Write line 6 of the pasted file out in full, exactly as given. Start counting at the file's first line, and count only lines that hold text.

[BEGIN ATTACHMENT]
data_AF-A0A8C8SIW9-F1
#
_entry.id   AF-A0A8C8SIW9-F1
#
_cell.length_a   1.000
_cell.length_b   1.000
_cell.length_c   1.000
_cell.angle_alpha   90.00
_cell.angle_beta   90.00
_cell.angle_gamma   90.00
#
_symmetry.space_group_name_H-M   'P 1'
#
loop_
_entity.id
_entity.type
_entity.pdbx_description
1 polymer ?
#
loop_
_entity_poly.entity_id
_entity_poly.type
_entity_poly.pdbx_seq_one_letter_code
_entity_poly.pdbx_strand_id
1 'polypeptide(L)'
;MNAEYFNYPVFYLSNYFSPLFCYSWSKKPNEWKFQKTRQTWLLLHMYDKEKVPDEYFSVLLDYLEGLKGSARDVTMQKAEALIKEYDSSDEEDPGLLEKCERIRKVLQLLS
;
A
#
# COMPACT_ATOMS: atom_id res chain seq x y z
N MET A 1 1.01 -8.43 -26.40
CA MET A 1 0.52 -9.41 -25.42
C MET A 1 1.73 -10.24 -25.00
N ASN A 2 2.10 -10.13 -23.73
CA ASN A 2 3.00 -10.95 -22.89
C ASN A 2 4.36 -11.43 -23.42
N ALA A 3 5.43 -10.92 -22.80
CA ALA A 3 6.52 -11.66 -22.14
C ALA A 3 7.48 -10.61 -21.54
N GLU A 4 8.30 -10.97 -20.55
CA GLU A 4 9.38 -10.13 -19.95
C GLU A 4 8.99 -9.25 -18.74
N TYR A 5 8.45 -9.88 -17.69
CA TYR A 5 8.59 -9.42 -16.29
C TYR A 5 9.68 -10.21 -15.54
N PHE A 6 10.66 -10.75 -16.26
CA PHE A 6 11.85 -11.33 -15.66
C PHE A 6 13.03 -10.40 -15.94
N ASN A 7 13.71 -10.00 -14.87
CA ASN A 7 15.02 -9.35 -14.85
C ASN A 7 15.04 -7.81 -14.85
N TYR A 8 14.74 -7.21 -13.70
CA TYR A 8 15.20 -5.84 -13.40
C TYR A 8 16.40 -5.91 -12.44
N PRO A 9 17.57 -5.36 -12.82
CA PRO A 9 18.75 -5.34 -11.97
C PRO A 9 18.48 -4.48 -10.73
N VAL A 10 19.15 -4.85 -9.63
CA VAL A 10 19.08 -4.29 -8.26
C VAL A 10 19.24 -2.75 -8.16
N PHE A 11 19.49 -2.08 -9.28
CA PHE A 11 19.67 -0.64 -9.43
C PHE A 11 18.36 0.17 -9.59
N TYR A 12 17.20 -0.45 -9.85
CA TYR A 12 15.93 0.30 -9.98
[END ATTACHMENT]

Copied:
_cell.length_b   1.000